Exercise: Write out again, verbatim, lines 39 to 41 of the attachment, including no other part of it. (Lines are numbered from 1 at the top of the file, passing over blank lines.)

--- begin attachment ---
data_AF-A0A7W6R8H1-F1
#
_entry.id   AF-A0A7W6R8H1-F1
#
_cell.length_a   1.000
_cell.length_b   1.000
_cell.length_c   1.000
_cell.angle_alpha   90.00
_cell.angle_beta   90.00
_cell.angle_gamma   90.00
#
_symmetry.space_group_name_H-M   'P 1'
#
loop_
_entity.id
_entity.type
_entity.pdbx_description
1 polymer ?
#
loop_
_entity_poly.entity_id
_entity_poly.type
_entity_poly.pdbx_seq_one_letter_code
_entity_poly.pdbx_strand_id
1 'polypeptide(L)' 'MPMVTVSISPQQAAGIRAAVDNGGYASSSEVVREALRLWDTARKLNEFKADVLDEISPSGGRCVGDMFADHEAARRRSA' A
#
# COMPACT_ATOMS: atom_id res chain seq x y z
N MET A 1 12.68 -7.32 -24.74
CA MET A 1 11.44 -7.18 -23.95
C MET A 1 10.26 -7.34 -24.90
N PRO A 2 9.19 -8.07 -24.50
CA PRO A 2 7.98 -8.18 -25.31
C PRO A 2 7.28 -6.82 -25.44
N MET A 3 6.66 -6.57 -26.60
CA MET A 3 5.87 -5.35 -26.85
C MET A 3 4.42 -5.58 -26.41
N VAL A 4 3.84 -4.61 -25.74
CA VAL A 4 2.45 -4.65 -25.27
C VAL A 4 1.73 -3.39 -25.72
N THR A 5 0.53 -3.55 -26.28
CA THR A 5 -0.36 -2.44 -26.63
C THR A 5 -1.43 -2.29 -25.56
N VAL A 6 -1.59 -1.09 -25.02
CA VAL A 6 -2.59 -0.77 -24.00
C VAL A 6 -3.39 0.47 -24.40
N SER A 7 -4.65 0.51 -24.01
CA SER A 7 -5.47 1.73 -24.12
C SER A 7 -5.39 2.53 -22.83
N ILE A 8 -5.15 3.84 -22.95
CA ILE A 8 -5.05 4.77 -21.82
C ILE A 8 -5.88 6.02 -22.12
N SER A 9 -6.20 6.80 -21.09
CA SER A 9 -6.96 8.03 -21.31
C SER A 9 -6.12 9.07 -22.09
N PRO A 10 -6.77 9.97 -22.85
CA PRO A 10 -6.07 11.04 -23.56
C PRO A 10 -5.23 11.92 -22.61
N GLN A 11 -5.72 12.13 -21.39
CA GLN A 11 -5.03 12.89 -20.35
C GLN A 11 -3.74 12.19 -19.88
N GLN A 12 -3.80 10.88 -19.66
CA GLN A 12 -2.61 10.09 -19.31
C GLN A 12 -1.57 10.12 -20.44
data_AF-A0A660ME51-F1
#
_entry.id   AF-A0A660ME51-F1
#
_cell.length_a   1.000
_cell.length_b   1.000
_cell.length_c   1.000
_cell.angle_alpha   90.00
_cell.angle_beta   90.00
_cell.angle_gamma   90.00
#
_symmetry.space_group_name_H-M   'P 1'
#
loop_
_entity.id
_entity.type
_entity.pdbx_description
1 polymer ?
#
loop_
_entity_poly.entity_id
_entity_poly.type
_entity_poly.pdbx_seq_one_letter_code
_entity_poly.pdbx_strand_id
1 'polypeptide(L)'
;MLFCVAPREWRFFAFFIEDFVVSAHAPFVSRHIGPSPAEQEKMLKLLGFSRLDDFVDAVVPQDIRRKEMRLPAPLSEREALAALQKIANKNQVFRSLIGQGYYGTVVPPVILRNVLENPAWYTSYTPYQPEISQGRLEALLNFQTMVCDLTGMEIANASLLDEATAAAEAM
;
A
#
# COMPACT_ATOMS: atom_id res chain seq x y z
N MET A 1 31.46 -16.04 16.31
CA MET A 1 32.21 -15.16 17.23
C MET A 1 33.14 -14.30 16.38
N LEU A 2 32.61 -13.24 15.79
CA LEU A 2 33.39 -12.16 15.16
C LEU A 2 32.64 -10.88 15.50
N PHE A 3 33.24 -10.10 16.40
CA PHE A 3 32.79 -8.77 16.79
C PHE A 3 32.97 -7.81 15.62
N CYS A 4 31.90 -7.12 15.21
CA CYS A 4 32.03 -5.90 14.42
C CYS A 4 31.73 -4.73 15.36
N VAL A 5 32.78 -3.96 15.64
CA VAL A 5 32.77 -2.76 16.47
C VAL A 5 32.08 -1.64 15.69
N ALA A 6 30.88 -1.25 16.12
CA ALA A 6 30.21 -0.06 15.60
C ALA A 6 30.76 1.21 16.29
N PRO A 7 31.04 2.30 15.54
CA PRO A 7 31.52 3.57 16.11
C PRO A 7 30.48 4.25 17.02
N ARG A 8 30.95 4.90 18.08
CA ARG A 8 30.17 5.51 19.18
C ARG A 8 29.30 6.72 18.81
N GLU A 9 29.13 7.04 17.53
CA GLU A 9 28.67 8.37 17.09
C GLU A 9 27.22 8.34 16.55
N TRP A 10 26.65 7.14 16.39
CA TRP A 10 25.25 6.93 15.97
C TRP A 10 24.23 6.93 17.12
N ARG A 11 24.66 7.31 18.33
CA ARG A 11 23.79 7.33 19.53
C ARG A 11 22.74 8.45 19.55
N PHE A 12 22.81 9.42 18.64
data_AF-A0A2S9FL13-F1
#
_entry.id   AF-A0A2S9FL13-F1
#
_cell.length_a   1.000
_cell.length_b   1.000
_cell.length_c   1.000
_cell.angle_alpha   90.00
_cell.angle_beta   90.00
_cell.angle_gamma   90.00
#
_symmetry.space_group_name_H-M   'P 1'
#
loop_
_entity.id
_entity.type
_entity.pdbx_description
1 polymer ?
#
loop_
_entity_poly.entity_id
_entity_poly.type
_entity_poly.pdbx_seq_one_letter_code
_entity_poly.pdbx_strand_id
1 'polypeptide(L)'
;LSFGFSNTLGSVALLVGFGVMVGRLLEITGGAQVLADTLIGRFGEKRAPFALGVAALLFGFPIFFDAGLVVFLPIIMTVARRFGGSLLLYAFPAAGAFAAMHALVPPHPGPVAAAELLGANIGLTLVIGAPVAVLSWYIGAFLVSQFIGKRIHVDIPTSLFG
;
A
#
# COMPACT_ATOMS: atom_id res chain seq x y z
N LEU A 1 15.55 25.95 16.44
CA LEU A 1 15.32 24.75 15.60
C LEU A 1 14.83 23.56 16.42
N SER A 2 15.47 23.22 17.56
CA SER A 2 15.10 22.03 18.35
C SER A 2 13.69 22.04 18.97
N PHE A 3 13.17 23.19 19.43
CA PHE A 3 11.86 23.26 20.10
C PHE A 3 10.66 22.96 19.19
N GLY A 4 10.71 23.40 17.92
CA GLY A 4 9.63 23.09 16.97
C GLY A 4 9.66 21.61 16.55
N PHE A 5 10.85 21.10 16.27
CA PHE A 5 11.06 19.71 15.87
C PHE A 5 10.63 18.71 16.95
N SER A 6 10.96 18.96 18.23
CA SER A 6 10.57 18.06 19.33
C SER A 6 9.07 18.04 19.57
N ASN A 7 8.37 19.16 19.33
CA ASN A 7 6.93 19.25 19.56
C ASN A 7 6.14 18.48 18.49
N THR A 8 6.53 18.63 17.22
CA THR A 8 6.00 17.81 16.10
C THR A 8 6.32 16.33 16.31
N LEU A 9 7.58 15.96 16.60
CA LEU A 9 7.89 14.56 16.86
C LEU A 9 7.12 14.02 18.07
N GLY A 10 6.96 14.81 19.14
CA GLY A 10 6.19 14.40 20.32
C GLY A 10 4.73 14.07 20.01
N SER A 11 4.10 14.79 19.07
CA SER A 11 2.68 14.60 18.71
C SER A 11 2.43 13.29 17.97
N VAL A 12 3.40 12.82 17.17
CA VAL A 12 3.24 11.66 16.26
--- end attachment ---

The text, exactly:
C VAL A 4 1.73 -3.39 -25.72
N THR A 5 0.53 -3.55 -26.28
CA THR A 5 -0.36 -2.44 -26.63